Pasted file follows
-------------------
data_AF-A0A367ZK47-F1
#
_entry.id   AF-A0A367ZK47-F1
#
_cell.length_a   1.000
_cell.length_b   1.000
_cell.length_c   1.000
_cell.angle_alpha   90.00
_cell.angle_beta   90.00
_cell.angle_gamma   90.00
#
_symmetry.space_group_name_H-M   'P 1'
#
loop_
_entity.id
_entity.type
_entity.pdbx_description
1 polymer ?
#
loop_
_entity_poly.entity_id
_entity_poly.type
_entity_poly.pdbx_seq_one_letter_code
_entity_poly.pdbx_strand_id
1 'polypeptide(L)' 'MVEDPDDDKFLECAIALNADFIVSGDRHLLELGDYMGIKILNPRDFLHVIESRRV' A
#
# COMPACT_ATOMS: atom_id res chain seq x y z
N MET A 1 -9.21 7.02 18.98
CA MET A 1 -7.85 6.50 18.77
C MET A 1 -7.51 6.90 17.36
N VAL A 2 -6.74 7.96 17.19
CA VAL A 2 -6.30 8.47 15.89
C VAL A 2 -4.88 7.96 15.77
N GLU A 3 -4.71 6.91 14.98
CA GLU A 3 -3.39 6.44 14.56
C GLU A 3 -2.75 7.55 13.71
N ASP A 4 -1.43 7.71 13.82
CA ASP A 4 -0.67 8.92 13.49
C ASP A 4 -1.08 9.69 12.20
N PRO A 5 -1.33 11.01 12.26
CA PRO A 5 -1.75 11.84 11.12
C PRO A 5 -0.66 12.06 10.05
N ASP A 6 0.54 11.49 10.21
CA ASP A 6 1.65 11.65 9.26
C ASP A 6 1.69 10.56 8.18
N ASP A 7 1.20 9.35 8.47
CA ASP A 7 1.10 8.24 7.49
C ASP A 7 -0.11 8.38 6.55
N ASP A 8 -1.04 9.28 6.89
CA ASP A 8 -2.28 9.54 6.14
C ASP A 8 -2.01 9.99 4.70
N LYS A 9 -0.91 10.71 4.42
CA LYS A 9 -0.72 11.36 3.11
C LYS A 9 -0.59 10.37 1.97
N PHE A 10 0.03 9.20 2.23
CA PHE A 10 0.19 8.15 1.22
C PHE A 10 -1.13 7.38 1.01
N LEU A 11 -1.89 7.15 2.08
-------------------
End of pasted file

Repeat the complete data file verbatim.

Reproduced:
data_AF-A0A367ZK47-F1
#
_entry.id   AF-A0A367ZK47-F1
#
_cell.length_a   1.000
_cell.length_b   1.000
_cell.length_c   1.000
_cell.angle_alpha   90.00
_cell.angle_beta   90.00
_cell.angle_gamma   90.00
#
_symmetry.space_group_name_H-M   'P 1'
#
loop_
_entity.id
_entity.type
_entity.pdbx_description
1 polymer ?
#
loop_
_entity_poly.entity_id
_entity_poly.type
_entity_poly.pdbx_seq_one_letter_code
_entity_poly.pdbx_strand_id
1 'polypeptide(L)' 'MVEDPDDDKFLECAIALNADFIVSGDRHLLELGDYMGIKILNPRDFLHVIESRRV' A
#
# COMPACT_ATOMS: atom_id res chain seq x y z
N MET A 1 -9.21 7.02 18.98
CA MET A 1 -7.85 6.50 18.77
C MET A 1 -7.51 6.90 17.36
N VAL A 2 -6.74 7.96 17.19
CA VAL A 2 -6.30 8.47 15.89
C VAL A 2 -4.88 7.96 15.77
N GLU A 3 -4.71 6.91 14.98
CA GLU A 3 -3.39 6.44 14.56
C GLU A 3 -2.75 7.55 13.71
N ASP A 4 -1.43 7.71 13.82
CA ASP A 4 -0.67 8.92 13.49
C ASP A 4 -1.08 9.69 12.20
N PRO A 5 -1.33 11.01 12.26
CA PRO A 5 -1.75 11.84 11.12
C PRO A 5 -0.66 12.06 10.05
N ASP A 6 0.54 11.49 10.21
CA ASP A 6 1.65 11.65 9.26
C ASP A 6 1.69 10.56 8.18
N ASP A 7 1.20 9.35 8.47
CA ASP A 7 1.10 8.24 7.49
C ASP A 7 -0.11 8.38 6.55
N ASP A 8 -1.04 9.28 6.89
CA ASP A 8 -2.28 9.54 6.14
C ASP A 8 -2.01 9.99 4.70
N LYS A 9 -0.91 10.71 4.42
CA LYS A 9 -0.72 11.36 3.11
C LYS A 9 -0.59 10.37 1.97
N PHE A 10 0.03 9.20 2.23
CA PHE A 10 0.19 8.15 1.22
C PHE A 10 -1.13 7.38 1.01
N LEU A 11 -1.89 7.15 2.08